Even fellow military men recoiled in horror at the unprovoked massacre at Ballyholland in 1797. Some felt it contributed to the popularity of the United men in an area that had till then been peaceable and uninvolved.
"I was directed to the route taken that day by the Ancient Britons, by the smoke and flames of burning houses. I came upon the dead bodies of boys and men slain by them, even though no opposition whatever had been given to them – and to this testimony I shall answer to Almighty God.
I believe not a single gun was fired but by the Britons or the Yeomanry. I declare there was nothing to fire at, save old men, women and children. From ten to twenty were killed outright, many wounded and eight houses burned.
Two of the Britons, desiring to enter a gentleman’s residence, the yard gate was opened to them by a lad, who, for his civility they shot and cut to pieces."
In his history of the times, Ireland from its Union, Plowden records that …
"Among the murdered were a woman and an old man of seventy. A woman was fired at and two boys shot, one of them ten years old, the other six."
Concerning the latter, he records, "Near the gate stood a boy about six years old, whom they ordered to open it. The child said he would if they would not hurt him. Before he could do so, one of the Britons struck him over the gate with a sabre and broke his arm. They still insisted upon him opening it which the child did with his other arm. They rode through and cut the boy up with their sabres and one of them made his horse (with great difficulty) trample upon him."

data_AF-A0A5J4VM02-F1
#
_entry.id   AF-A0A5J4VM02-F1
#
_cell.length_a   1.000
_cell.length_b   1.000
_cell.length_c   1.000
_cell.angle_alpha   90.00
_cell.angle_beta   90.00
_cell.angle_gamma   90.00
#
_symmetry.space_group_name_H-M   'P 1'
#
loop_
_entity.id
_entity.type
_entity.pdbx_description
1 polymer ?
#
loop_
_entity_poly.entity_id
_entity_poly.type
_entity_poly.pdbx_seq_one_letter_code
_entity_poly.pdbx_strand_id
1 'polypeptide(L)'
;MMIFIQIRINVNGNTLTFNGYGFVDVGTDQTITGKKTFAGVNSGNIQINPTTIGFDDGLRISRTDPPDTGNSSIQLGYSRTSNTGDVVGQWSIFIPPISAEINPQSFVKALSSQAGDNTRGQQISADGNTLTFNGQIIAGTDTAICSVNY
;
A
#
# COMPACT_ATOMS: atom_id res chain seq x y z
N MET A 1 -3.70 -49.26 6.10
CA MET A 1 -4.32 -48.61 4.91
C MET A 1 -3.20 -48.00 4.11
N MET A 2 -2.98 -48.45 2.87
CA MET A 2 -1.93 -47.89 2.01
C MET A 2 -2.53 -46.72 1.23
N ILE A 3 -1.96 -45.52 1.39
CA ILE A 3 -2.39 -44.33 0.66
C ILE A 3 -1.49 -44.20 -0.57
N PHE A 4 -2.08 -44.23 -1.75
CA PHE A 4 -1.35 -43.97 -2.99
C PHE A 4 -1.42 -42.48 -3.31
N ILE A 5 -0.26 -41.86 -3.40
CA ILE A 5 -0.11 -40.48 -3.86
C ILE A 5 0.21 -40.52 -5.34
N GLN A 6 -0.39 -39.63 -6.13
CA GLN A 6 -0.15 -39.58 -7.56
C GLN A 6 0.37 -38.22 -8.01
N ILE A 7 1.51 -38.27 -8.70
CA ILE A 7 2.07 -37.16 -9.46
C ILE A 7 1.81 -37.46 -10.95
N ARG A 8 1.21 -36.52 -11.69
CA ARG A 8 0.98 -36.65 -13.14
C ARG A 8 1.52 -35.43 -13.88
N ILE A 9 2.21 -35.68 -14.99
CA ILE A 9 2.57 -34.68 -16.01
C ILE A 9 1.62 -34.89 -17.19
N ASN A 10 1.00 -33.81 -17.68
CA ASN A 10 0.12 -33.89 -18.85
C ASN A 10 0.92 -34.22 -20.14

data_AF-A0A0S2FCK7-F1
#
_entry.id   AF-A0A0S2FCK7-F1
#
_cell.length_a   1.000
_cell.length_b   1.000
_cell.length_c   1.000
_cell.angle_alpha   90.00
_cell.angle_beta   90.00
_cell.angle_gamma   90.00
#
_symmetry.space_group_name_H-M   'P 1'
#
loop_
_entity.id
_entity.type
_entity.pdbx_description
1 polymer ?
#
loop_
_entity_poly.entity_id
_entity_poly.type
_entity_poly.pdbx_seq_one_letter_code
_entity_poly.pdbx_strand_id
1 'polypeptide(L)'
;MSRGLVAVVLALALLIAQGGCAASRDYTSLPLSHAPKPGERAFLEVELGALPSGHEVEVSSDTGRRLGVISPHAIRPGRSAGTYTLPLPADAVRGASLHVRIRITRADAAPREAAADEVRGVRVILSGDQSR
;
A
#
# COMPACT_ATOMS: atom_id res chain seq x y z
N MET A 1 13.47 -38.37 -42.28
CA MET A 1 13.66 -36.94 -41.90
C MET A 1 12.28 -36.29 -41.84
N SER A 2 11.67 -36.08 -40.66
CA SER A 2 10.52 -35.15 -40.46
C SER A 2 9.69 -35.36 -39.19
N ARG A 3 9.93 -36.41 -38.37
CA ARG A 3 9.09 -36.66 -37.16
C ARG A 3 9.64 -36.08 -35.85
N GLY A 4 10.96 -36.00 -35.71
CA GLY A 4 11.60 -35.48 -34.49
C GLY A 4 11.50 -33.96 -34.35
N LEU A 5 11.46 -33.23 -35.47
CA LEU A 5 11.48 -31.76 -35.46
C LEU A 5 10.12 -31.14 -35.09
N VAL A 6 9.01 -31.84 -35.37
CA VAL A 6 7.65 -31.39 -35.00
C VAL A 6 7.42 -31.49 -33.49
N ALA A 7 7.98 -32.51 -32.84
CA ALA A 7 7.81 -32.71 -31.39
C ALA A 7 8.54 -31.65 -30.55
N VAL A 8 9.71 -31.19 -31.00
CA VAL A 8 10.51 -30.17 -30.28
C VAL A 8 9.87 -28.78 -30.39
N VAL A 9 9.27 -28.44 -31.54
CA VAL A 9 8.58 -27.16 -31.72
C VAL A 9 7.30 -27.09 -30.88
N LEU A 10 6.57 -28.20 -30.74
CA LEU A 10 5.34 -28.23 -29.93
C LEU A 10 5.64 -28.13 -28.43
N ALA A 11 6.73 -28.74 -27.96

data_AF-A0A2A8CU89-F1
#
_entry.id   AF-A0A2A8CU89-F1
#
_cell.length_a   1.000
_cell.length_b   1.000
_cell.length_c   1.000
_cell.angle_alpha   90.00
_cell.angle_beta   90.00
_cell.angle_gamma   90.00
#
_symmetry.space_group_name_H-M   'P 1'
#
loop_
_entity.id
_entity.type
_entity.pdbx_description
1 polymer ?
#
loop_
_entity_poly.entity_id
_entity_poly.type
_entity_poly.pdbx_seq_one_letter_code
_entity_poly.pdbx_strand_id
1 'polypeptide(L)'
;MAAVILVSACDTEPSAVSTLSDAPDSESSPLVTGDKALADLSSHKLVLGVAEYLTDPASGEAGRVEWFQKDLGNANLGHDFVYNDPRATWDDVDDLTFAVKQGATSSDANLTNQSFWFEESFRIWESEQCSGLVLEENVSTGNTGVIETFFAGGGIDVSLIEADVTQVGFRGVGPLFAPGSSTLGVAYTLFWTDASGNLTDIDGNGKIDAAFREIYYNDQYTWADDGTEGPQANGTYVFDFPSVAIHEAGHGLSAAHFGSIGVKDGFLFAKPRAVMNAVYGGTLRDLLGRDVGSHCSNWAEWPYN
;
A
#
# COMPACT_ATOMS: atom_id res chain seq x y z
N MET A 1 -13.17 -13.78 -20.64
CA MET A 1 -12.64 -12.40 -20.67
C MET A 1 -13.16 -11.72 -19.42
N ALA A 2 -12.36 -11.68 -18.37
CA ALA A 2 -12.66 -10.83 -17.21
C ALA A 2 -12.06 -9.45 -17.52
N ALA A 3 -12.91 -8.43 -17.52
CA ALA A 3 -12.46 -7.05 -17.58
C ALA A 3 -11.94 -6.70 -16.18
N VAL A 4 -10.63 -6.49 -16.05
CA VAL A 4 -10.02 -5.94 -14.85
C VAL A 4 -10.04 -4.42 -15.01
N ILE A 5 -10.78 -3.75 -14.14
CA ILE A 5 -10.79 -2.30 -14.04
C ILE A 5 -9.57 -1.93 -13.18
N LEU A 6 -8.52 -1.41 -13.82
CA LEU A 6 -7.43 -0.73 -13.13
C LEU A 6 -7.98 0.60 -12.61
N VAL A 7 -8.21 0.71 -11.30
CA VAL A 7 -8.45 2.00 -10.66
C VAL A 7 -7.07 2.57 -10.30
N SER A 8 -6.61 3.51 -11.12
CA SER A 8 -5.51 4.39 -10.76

Another account of the Ballyholland massacre is given by "Observor" in Madden’s "United Irishmen".
Plowden goes on to voice the opinion that "this atrocious massacre has always been considered to have contributed to the rebellion that took place the following year".
"The Britons never afterwards," he says, " came in contact with the rebels without being remembered of Ballyholland and they were generally refused quarter … they exceeded one thousand effective men and it is considered that not nearly one tenth of the privates who first came over survived the contest."
The Protestant statesman Henry Grattan referred to the ‘barbarities committed on the habitations, property and persons of the people’.
Lord Moira, an Ulster Protestant landlord, told a similar tale of capricious house-burning, torture and wanton destruction of property in what he referred to as ‘one of the most peaceable portions of this province before the insurrection’.
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